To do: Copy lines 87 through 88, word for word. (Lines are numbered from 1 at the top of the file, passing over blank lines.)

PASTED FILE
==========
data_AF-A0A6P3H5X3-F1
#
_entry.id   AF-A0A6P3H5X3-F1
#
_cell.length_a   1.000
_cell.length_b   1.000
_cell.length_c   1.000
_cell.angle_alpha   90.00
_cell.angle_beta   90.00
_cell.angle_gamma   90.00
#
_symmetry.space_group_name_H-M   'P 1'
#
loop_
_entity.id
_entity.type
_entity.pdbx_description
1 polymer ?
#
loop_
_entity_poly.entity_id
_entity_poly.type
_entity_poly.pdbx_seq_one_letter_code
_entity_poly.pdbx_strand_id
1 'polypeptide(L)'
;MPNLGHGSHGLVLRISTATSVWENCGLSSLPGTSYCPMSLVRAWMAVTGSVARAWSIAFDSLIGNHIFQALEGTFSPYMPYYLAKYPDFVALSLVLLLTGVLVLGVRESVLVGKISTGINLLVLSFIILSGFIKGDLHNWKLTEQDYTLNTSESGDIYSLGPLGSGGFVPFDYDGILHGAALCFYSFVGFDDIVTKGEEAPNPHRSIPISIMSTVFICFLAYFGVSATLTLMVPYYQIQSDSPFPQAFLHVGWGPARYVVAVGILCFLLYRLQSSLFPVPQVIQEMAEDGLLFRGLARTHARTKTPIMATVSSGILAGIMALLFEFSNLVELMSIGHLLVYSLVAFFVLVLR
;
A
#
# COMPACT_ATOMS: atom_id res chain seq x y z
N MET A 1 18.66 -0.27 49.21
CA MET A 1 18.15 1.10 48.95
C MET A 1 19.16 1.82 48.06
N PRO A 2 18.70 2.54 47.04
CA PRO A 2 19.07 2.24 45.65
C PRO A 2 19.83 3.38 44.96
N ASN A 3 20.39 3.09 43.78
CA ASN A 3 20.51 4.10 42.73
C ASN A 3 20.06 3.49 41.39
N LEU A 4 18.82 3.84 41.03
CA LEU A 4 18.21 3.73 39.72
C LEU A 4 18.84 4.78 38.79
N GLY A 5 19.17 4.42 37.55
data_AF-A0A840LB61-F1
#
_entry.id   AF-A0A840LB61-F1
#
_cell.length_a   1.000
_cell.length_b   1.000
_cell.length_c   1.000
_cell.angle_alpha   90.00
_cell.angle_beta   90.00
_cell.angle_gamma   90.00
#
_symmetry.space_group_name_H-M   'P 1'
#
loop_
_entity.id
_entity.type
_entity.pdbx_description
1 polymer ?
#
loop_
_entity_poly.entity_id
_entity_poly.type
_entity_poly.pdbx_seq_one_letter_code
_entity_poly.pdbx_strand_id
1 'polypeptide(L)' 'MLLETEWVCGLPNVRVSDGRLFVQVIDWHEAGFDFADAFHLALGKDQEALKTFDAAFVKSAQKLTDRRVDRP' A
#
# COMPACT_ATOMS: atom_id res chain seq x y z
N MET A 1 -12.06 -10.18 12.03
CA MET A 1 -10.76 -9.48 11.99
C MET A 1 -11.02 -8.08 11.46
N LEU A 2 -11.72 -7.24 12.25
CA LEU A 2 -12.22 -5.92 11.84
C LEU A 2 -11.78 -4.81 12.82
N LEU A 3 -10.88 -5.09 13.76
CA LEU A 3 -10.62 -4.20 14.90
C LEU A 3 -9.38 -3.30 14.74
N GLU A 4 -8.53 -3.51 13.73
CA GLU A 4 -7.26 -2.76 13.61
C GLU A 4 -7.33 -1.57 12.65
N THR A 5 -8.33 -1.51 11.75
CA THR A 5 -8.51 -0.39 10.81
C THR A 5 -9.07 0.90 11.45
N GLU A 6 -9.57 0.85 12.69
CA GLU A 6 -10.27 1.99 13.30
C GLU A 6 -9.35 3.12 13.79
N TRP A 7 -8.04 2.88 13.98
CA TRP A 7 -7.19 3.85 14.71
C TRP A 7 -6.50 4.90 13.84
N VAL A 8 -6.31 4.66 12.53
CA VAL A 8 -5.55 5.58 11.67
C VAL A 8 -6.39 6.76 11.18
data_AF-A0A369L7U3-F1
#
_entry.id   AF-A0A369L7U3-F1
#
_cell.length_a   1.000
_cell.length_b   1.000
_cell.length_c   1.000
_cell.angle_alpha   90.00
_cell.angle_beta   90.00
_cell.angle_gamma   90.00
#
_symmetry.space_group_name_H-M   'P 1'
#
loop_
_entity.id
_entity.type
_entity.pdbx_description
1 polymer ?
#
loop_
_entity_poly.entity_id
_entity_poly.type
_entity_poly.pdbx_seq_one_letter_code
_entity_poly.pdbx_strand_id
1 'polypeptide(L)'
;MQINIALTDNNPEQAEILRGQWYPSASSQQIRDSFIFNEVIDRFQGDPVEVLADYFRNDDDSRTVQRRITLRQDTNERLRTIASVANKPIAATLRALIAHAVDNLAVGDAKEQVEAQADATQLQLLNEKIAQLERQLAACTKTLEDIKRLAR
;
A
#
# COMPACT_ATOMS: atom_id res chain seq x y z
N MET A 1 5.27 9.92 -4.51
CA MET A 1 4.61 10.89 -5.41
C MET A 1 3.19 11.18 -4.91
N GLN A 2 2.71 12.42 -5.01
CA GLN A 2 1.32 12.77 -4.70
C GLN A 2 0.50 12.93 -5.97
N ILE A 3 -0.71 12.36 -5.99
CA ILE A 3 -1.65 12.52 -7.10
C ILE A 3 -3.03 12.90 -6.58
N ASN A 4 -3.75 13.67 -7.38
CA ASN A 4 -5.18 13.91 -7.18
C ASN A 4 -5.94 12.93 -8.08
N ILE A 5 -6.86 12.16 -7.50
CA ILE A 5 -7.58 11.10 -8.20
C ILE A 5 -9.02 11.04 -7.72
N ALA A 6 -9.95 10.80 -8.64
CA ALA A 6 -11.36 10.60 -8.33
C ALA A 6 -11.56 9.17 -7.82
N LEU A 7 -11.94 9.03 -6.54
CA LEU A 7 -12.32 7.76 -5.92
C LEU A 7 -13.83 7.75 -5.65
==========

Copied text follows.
CA GLU A 6 -10.27 1.99 13.30
C GLU A 6 -9.35 3.12 13.79